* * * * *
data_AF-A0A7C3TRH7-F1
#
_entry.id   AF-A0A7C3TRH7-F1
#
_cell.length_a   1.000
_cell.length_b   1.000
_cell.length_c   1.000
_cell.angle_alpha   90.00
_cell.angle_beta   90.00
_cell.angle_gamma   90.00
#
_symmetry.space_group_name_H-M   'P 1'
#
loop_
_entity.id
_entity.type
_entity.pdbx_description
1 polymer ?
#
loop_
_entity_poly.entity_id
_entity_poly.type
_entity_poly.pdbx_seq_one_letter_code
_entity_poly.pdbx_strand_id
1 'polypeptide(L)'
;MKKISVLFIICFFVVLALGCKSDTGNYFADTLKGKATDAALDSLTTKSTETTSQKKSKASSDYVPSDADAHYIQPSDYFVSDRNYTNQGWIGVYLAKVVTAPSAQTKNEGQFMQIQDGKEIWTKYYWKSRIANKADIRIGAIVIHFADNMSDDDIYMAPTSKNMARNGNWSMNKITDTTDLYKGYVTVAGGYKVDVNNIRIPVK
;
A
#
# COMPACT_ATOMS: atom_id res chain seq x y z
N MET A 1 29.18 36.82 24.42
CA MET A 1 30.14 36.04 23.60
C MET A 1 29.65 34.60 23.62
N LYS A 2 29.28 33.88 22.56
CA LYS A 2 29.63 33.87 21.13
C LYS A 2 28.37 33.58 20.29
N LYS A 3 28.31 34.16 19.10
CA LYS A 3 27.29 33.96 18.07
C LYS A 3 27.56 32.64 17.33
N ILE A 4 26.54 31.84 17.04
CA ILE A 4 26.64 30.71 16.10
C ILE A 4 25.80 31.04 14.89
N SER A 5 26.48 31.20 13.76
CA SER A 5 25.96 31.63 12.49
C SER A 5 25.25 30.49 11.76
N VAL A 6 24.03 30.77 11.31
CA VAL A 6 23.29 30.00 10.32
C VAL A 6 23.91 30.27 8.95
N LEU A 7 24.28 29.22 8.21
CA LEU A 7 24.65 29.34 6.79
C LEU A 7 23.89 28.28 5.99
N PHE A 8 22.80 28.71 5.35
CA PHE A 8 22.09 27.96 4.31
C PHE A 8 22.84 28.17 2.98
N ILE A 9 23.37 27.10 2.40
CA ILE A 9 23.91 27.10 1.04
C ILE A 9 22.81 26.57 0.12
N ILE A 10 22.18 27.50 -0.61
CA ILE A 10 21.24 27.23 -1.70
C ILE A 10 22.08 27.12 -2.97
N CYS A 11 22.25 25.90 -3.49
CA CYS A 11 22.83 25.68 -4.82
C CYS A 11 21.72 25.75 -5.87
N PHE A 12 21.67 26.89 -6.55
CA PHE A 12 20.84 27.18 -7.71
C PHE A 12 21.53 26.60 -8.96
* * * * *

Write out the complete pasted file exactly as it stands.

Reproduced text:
data_AF-A0A7C3TRH7-F1
#
_entry.id   AF-A0A7C3TRH7-F1
#
_cell.length_a   1.000
_cell.length_b   1.000
_cell.length_c   1.000
_cell.angle_alpha   90.00
_cell.angle_beta   90.00
_cell.angle_gamma   90.00
#
_symmetry.space_group_name_H-M   'P 1'
#
loop_
_entity.id
_entity.type
_entity.pdbx_description
1 polymer ?
#
loop_
_entity_poly.entity_id
_entity_poly.type
_entity_poly.pdbx_seq_one_letter_code
_entity_poly.pdbx_strand_id
1 'polypeptide(L)'
;MKKISVLFIICFFVVLALGCKSDTGNYFADTLKGKATDAALDSLTTKSTETTSQKKSKASSDYVPSDADAHYIQPSDYFVSDRNYTNQGWIGVYLAKVVTAPSAQTKNEGQFMQIQDGKEIWTKYYWKSRIANKADIRIGAIVIHFADNMSDDDIYMAPTSKNMARNGNWSMNKITDTTDLYKGYVTVAGGYKVDVNNIRIPVK
;
A
#
# COMPACT_ATOMS: atom_id res chain seq x y z
N MET A 1 29.18 36.82 24.42
CA MET A 1 30.14 36.04 23.60
C MET A 1 29.65 34.60 23.62
N LYS A 2 29.28 33.88 22.56
CA LYS A 2 29.63 33.87 21.13
C LYS A 2 28.37 33.58 20.29
N LYS A 3 28.31 34.16 19.10
CA LYS A 3 27.29 33.96 18.07
C LYS A 3 27.56 32.64 17.33
N ILE A 4 26.54 31.84 17.04
CA ILE A 4 26.64 30.71 16.10
C ILE A 4 25.80 31.04 14.89
N SER A 5 26.48 31.20 13.76
CA SER A 5 25.96 31.63 12.49
C SER A 5 25.25 30.49 11.76
N VAL A 6 24.03 30.77 11.31
CA VAL A 6 23.29 30.00 10.32
C VAL A 6 23.91 30.27 8.95
N LEU A 7 24.28 29.22 8.21
CA LEU A 7 24.65 29.34 6.79
C LEU A 7 23.89 28.28 5.99
N PHE A 8 22.80 28.71 5.35
CA PHE A 8 22.09 27.96 4.31
C PHE A 8 22.84 28.17 2.98
N ILE A 9 23.37 27.10 2.40
CA ILE A 9 23.91 27.10 1.04
C ILE A 9 22.81 26.57 0.12
N ILE A 10 22.18 27.50 -0.61
CA ILE A 10 21.24 27.23 -1.70
C ILE A 10 22.08 27.12 -2.97
N CYS A 11 22.25 25.90 -3.49
CA CYS A 11 22.83 25.68 -4.82
C CYS A 11 21.72 25.75 -5.87
N PHE A 12 21.67 26.89 -6.55
CA PHE A 12 20.84 27.18 -7.71
C PHE A 12 21.53 26.60 -8.96